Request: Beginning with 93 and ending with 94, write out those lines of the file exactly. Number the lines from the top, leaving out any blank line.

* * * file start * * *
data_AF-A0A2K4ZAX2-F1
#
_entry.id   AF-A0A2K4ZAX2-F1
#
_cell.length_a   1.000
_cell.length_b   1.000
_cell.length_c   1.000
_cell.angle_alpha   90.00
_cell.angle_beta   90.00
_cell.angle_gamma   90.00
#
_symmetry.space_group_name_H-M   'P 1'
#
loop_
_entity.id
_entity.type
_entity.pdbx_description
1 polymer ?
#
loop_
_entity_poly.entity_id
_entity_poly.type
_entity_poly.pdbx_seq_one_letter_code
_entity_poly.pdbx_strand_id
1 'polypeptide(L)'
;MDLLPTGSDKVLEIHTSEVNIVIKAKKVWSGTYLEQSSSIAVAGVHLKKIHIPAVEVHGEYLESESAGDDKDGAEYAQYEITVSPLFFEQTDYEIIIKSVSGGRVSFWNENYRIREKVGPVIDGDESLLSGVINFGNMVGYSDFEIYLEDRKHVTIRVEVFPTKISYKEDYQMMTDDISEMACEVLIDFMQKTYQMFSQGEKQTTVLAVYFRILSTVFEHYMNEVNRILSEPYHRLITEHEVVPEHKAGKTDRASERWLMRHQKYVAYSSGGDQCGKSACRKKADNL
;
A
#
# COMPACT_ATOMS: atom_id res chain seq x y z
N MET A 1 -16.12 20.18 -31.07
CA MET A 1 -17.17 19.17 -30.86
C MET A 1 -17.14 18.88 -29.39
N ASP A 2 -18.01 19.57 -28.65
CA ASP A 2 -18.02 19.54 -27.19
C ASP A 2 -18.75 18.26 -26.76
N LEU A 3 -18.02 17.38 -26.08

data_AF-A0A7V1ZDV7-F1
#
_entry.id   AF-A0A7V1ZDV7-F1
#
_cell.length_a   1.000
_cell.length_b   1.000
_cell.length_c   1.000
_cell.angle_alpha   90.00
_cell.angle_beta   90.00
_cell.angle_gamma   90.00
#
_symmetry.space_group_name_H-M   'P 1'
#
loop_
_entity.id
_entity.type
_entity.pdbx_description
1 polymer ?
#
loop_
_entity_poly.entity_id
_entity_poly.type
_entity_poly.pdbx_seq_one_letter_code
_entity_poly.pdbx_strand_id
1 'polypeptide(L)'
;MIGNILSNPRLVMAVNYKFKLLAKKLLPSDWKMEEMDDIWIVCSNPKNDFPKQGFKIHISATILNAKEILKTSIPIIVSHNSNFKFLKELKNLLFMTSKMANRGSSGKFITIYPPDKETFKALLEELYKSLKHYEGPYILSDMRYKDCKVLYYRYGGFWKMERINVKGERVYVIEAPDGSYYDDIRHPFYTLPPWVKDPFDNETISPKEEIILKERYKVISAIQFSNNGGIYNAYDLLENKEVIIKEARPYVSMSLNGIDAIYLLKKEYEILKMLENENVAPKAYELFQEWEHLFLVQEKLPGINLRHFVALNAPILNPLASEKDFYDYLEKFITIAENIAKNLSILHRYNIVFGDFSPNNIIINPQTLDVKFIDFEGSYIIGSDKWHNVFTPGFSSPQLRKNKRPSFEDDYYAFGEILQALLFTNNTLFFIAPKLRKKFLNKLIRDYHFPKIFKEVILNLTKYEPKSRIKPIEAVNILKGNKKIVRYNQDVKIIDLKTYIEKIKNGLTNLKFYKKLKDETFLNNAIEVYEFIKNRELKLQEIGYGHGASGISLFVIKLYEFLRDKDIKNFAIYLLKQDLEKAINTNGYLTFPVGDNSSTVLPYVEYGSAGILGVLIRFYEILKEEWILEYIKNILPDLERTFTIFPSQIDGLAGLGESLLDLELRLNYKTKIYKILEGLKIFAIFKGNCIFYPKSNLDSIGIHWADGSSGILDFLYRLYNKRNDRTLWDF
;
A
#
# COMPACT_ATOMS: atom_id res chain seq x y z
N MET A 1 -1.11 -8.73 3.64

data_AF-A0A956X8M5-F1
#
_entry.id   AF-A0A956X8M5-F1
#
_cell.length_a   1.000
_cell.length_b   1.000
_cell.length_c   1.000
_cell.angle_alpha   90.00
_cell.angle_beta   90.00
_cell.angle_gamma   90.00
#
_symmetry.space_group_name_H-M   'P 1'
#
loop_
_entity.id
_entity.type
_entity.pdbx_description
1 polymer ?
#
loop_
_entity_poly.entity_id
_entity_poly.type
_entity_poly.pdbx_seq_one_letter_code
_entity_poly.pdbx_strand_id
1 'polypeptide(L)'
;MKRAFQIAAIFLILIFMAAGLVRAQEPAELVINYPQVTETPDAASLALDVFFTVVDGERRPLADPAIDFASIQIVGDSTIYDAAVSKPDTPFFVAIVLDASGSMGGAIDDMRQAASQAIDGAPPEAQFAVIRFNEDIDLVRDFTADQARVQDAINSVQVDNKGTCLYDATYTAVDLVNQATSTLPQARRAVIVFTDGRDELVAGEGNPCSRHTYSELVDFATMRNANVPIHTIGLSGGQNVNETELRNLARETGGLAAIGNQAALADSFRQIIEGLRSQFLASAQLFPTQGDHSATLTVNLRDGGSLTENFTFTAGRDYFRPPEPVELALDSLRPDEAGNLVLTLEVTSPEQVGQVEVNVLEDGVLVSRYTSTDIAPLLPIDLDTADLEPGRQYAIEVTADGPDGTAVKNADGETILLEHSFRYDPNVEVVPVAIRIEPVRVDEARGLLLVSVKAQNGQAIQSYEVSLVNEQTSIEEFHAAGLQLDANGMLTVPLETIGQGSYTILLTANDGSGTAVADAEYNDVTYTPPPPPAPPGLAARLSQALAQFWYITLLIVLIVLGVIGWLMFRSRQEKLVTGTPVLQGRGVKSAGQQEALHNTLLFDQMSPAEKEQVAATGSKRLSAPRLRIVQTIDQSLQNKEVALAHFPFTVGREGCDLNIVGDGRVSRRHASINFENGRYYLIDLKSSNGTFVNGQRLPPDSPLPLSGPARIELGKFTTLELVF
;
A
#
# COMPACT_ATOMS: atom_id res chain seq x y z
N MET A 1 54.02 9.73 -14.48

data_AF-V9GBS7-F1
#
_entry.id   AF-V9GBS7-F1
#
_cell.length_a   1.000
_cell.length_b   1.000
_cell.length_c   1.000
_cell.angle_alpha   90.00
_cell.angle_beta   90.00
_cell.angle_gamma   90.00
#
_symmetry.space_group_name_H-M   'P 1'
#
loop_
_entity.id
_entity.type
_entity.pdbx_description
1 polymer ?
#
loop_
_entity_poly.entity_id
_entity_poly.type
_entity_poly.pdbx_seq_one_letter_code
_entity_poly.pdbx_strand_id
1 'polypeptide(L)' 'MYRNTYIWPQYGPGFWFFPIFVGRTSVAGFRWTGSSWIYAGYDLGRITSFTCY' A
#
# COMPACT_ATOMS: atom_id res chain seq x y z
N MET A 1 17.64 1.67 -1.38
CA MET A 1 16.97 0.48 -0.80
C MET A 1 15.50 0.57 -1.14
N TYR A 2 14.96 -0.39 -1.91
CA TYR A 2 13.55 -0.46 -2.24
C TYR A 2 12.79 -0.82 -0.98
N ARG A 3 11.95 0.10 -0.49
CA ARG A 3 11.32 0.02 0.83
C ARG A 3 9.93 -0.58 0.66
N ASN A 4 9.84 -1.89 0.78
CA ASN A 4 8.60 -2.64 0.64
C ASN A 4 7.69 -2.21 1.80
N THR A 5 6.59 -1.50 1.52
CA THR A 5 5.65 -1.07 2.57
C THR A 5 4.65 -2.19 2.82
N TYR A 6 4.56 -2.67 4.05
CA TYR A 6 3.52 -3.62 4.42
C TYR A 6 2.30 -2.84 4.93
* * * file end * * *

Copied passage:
1 'polypeptide(L)'
;MKRAFQIAAIFLILIFMAAGLVRAQEPAELVINYPQVTETPDAASLALDVFFTVVDGERRPLADPAIDFASIQIVGDSTIYDAAVSKPDTPFFVAIVLDASGSMGGAIDDMRQAASQAIDGAPPEAQFAVIRFNEDIDLVRDFTADQARVQDAINSVQVDNKGTCLYDATYTAVDLVNQATSTLPQARRAVIVFTDGRDELVAGEGNPCSRHTYSELVDFATMRNANVPIHTIGLSGGQNVNETELRNLARETGGLAAIGNQAALADSFRQIIEGLRSQFLASAQLFPTQGDHSATLTVNLRDGGSLTENFTFTAGRDYFRPPEPVELALDSLRPDEAGNLVLTLEVTSPEQVGQVEVNVLEDGVLVSRYTSTDIAPLLPIDLDTADLEPGRQYAIEVTADGPDGTAVKNADGETILLEHSFRYDPNVEVVPVAIRIEPVRVDEARGLLLVSVKAQNGQAIQSYEVSLVNEQTSIEEFHAAGLQLDANGMLTVPLETIGQGSYTILLTANDGSGTAVADAEYNDVTYTPPPPPAPPGLAARLSQALAQFWYITLLIVLIVLGVIGWLMFRSRQEKLVTGTPVLQGRGVKSAGQQEALHNTLLFDQMSPAEKEQVAATGSKRLSAPRLRIVQTIDQSLQNKEVALAHFPFTVGREGCDLNIVGDGRVSRRHASINFENGRYYLIDLKSSNGTFVNGQRLPPDSPLPLSGPARIELGKFTTLELVF